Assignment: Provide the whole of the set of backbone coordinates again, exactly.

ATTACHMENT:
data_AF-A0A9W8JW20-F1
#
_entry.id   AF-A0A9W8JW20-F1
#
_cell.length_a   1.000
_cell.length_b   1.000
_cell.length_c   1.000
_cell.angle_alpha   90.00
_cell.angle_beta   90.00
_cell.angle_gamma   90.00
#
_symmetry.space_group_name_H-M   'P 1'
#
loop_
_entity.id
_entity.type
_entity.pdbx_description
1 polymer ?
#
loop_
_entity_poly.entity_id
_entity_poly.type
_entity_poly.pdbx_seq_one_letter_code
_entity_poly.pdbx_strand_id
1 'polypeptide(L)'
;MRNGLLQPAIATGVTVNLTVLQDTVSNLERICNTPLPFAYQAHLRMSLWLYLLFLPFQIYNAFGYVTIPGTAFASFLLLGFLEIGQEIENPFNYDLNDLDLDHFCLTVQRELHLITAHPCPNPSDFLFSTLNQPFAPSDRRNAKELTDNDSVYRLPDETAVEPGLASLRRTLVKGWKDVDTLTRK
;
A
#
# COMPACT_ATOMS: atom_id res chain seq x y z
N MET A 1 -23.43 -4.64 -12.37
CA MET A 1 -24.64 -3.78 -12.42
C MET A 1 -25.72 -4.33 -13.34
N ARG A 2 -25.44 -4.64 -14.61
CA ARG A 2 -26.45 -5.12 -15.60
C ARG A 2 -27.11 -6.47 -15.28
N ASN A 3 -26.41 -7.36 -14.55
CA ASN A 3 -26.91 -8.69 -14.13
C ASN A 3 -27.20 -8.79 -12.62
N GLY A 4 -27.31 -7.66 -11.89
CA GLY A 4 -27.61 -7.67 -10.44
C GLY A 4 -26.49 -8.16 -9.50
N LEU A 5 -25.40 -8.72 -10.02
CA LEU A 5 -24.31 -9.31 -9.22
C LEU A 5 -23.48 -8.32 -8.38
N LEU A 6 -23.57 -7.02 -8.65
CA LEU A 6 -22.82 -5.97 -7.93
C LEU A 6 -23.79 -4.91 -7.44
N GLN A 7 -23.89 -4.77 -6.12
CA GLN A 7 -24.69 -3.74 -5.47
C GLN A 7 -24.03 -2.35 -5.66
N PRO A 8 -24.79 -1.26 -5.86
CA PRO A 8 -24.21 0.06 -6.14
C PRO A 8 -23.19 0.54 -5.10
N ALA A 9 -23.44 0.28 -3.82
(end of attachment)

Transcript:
data_AF-A0A9W8JW20-F1
#
_entry.id   AF-A0A9W8JW20-F1
#
_cell.length_a   1.000
_cell.length_b   1.000
_cell.length_c   1.000
_cell.angle_alpha   90.00
_cell.angle_beta   90.00
_cell.angle_gamma   90.00
#
_symmetry.space_group_name_H-M   'P 1'
#
loop_
_entity.id
_entity.type
_entity.pdbx_description
1 polymer ?
#
loop_
_entity_poly.entity_id
_entity_poly.type
_entity_poly.pdbx_seq_one_letter_code
_entity_poly.pdbx_strand_id
1 'polypeptide(L)'
;MRNGLLQPAIATGVTVNLTVLQDTVSNLERICNTPLPFAYQAHLRMSLWLYLLFLPFQIYNAFGYVTIPGTAFASFLLLGFLEIGQEIENPFNYDLNDLDLDHFCLTVQRELHLITAHPCPNPSDFLFSTLNQPFAPSDRRNAKELTDNDSVYRLPDETAVEPGLASLRRTLVKGWKDVDTLTRK
;
A
#
# COMPACT_ATOMS: atom_id res chain seq x y z
N MET A 1 -23.43 -4.64 -12.37
CA MET A 1 -24.64 -3.78 -12.42
C MET A 1 -25.72 -4.33 -13.34
N ARG A 2 -25.44 -4.64 -14.61
CA ARG A 2 -26.45 -5.12 -15.60
C ARG A 2 -27.11 -6.47 -15.28
N ASN A 3 -26.41 -7.36 -14.55
CA ASN A 3 -26.91 -8.69 -14.13
C ASN A 3 -27.20 -8.79 -12.62
N GLY A 4 -27.31 -7.66 -11.89
CA GLY A 4 -27.61 -7.67 -10.44
C GLY A 4 -26.49 -8.16 -9.50
N LEU A 5 -25.40 -8.72 -10.02
CA LEU A 5 -24.31 -9.31 -9.22
C LEU A 5 -23.48 -8.32 -8.38
N LEU A 6 -23.57 -7.02 -8.65
CA LEU A 6 -22.82 -5.97 -7.93
C LEU A 6 -23.79 -4.91 -7.44
N GLN A 7 -23.89 -4.77 -6.12
CA GLN A 7 -24.69 -3.74 -5.47
C GLN A 7 -24.03 -2.35 -5.66
N PRO A 8 -24.79 -1.26 -5.86
CA PRO A 8 -24.21 0.06 -6.14
C PRO A 8 -23.19 0.54 -5.10
N ALA A 9 -23.44 0.28 -3.82